This, Too, Shall Pass: The Improbable Lessons of Our Biases

David Krueger, MD

The King summoned the wisest man of his court and commanded him to present one statement that would apply for everything, for all of mankind, for all of time. And to not come back until he had such a statement.

After a substantial time, the wise man returned with this statement for the King: “This, too, shall pass.”

Yet our brain wiring and mind programs are constructed to not recognize this simple fact. Here are some biases to recognize in order to outsmart our brains and revise our software:

  • Durability Bias: Assuming an intense emotional experience – either really good or really bad – will continue at the same level of intensity for the foreseeable future. The brain is not wired to imagine a gradual dissipation of emotion over time. The fact is that emotions, good or bad, gradually gravitate back toward a pre-set emotional baseline.
  • Extrapolation Bias: Projecting the past, as well as the present, onto the future. We are wired to project the past, the present, and the context of each into the future, and not to project change going forward. This distortion is compounded by the cognitive tendency to view events within their context and to assume the same context in the future.
  • Cause and Effect Bias: Seeing patterns in random data and assigning causality; this brings closure in our minds and ends dissonance in our brains. Harry Houdini, the magician, commented on this phenomenon: Just because something is unexplained does not mean it’s supernatural. We are also more likely to see an outcome that was unpredictable going forward as inevitable once it has occurred (the mortgage crisis of 2008, Japan’s trio of tsunami, earthquake, and nuclear disaster).
  • The Gamblers Fallacy: When there are five outcomes of “red” in roulette, the expectation is that “black” is now due. We expect rapid reversion to the mean. Studies also show that gamblers, given more information on the horses and jockeys they bet on, become biased based on this greater information, and assume they should do better. Those with more information systematically gamble more, with the result that they lose more money.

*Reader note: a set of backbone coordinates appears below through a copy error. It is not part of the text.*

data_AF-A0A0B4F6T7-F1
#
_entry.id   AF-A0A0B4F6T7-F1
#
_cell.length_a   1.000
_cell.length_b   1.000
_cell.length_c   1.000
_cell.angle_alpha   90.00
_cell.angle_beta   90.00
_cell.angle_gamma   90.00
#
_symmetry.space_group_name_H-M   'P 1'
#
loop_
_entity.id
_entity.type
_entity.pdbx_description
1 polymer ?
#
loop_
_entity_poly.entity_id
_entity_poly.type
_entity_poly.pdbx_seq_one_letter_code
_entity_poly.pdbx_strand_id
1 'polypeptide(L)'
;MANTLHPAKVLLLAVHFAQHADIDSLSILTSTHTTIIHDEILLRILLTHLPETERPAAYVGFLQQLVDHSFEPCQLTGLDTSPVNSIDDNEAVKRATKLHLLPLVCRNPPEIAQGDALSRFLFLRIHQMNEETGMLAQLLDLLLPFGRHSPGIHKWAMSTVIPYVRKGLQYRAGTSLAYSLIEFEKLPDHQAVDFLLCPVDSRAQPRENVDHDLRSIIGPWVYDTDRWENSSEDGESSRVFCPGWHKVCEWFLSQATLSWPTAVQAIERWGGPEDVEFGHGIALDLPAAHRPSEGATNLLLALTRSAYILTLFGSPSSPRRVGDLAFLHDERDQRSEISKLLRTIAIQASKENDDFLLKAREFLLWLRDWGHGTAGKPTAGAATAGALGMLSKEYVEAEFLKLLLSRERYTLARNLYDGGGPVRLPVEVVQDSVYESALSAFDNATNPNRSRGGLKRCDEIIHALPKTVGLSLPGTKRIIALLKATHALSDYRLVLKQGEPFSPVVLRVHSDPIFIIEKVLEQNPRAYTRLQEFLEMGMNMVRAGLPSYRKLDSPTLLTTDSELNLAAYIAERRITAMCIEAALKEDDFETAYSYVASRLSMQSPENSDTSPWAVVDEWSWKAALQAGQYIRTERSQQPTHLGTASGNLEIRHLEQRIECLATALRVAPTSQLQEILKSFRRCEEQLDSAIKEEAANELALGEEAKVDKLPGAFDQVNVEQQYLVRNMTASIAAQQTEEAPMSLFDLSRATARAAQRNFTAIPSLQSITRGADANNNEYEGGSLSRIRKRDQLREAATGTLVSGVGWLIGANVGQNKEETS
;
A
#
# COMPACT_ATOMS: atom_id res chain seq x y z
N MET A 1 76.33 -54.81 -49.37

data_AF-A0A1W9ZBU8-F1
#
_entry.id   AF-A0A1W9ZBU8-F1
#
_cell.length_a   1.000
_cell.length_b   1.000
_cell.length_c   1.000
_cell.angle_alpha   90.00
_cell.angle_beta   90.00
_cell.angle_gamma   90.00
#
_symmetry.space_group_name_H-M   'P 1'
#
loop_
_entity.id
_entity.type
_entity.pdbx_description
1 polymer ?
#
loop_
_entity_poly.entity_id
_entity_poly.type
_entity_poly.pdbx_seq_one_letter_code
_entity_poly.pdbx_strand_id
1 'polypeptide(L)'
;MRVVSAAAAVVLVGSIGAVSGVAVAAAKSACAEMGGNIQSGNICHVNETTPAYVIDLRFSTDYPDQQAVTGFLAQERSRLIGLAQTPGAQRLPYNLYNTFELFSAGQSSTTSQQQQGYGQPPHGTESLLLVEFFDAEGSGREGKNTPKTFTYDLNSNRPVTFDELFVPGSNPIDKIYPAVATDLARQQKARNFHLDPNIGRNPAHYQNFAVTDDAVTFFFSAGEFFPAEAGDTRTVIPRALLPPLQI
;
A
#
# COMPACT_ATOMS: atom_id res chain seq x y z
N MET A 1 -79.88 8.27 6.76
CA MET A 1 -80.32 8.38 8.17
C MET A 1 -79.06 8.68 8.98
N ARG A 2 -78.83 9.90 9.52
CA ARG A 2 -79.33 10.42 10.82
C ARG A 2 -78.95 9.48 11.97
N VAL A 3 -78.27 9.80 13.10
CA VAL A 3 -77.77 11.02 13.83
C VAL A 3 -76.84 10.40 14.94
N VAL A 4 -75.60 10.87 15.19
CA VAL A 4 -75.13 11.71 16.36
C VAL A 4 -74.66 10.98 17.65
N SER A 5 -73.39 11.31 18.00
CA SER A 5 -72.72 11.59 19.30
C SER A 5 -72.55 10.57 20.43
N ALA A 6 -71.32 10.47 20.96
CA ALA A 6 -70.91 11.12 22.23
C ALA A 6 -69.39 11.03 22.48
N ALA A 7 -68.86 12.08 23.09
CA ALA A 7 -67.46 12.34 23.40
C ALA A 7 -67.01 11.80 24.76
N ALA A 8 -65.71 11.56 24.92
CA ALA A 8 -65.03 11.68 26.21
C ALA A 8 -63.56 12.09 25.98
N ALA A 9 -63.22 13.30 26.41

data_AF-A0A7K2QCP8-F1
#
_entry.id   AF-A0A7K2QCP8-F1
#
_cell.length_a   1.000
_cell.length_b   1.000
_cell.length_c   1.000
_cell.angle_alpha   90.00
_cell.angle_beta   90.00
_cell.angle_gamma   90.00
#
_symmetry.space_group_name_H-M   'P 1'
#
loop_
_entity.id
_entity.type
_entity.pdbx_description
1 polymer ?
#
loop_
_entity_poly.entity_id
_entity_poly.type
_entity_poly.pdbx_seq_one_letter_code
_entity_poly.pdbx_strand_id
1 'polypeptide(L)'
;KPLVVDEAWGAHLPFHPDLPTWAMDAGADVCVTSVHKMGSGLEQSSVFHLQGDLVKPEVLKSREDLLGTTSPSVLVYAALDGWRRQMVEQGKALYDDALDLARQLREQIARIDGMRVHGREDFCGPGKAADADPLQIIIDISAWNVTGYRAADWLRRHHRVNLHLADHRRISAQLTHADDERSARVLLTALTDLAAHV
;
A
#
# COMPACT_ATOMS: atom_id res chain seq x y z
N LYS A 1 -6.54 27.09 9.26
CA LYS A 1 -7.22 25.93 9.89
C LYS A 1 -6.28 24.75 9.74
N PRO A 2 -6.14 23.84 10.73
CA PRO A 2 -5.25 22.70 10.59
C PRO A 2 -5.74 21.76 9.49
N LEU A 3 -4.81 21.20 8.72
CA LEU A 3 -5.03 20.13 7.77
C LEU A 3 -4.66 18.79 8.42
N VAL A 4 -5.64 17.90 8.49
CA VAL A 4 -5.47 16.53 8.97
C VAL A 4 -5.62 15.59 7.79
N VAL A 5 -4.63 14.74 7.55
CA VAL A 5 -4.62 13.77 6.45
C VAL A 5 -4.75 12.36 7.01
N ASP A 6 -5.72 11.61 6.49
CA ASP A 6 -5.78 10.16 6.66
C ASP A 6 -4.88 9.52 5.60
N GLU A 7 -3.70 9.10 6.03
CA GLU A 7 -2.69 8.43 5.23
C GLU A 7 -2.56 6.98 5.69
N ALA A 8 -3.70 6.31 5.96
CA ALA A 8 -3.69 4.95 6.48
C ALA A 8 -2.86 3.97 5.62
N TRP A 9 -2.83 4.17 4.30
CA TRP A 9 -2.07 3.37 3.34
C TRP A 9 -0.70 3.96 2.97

• The Hot Hand Fallacy: When observing an unusual streak of events, people continue to predict that the streak will continue.
  • Status Quo Bias: People continue doing the same thing, even when it is compromised or limiting, expecting somehow that the same thing will result in a different outcome. The three areas that people know exactly what they need to do to change, yet don’t: money, weight, and relationships. In each area, people have tried and failed. They repeat patterns that don’t work, become frustrated, and often come to believe the cause is due to issues beyond their control: the economy, genes, and a partner’s stubbornness. They fail to recognize how strong and how unconscious their stories are.
  • My Perpetual, Hopeful Bias: People can change; they can write new stories.

Jung reminds us, “We can not live the afternoon of life according to the program of life’s morning, for what was great in the morning will be little at evening, and what in the morning was true, at evening will have become a lie.”